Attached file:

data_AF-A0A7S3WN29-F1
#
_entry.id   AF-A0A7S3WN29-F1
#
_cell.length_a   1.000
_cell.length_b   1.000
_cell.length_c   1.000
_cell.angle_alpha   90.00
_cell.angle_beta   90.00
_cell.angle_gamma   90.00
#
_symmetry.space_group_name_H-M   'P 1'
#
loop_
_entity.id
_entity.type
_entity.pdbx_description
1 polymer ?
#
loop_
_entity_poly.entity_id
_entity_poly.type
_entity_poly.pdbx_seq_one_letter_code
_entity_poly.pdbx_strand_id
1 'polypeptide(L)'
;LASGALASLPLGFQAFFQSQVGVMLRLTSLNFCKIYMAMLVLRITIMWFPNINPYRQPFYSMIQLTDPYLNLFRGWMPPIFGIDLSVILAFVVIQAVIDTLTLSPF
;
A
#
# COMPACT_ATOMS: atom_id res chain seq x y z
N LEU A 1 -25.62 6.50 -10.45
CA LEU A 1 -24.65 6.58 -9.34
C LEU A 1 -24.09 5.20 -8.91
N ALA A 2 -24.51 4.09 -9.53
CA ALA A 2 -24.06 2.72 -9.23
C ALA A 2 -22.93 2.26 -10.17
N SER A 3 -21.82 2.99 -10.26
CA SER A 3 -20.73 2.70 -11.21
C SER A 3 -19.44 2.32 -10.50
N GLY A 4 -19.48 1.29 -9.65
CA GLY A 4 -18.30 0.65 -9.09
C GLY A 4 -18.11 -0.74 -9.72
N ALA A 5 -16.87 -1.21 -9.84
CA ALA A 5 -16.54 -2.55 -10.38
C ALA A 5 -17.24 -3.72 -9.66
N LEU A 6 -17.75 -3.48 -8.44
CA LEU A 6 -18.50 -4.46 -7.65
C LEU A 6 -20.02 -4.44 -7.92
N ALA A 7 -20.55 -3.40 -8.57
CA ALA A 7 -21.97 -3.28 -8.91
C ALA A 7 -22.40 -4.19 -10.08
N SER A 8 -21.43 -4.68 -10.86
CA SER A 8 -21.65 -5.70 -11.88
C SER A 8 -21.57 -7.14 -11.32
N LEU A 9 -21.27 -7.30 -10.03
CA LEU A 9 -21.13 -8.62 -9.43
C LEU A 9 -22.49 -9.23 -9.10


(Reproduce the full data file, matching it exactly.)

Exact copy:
data_AF-A0A7S3WN29-F1
#
_entry.id   AF-A0A7S3WN29-F1
#
_cell.length_a   1.000
_cell.length_b   1.000
_cell.length_c   1.000
_cell.angle_alpha   90.00
_cell.angle_beta   90.00
_cell.angle_gamma   90.00
#
_symmetry.space_group_name_H-M   'P 1'
#
loop_
_entity.id
_entity.type
_entity.pdbx_description
1 polymer ?
#
loop_
_entity_poly.entity_id
_entity_poly.type
_entity_poly.pdbx_seq_one_letter_code
_entity_poly.pdbx_strand_id
1 'polypeptide(L)'
;LASGALASLPLGFQAFFQSQVGVMLRLTSLNFCKIYMAMLVLRITIMWFPNINPYRQPFYSMIQLTDPYLNLFRGWMPPIFGIDLSVILAFVVIQAVIDTLTLSPF
;
A
#
# COMPACT_ATOMS: atom_id res chain seq x y z
N LEU A 1 -25.62 6.50 -10.45
CA LEU A 1 -24.65 6.58 -9.34
C LEU A 1 -24.09 5.20 -8.91
N ALA A 2 -24.51 4.09 -9.53
CA ALA A 2 -24.06 2.72 -9.23
C ALA A 2 -22.93 2.26 -10.17
N SER A 3 -21.82 2.99 -10.26
CA SER A 3 -20.73 2.70 -11.21
C SER A 3 -19.44 2.32 -10.50
N GLY A 4 -19.48 1.29 -9.65
CA GLY A 4 -18.30 0.65 -9.09
C GLY A 4 -18.11 -0.74 -9.72
N ALA A 5 -16.87 -1.21 -9.84
CA ALA A 5 -16.54 -2.55 -10.38
C ALA A 5 -17.24 -3.72 -9.66
N LEU A 6 -17.75 -3.48 -8.44
CA LEU A 6 -18.50 -4.46 -7.65
C LEU A 6 -20.02 -4.44 -7.92
N ALA A 7 -20.55 -3.40 -8.57
CA ALA A 7 -21.97 -3.28 -8.91
C ALA A 7 -22.40 -4.19 -10.08
N SER A 8 -21.43 -4.68 -10.86
CA SER A 8 -21.65 -5.70 -11.88
C SER A 8 -21.57 -7.14 -11.32
N LEU A 9 -21.27 -7.30 -10.03
CA LEU A 9 -21.13 -8.62 -9.43
C LEU A 9 -22.49 -9.23 -9.10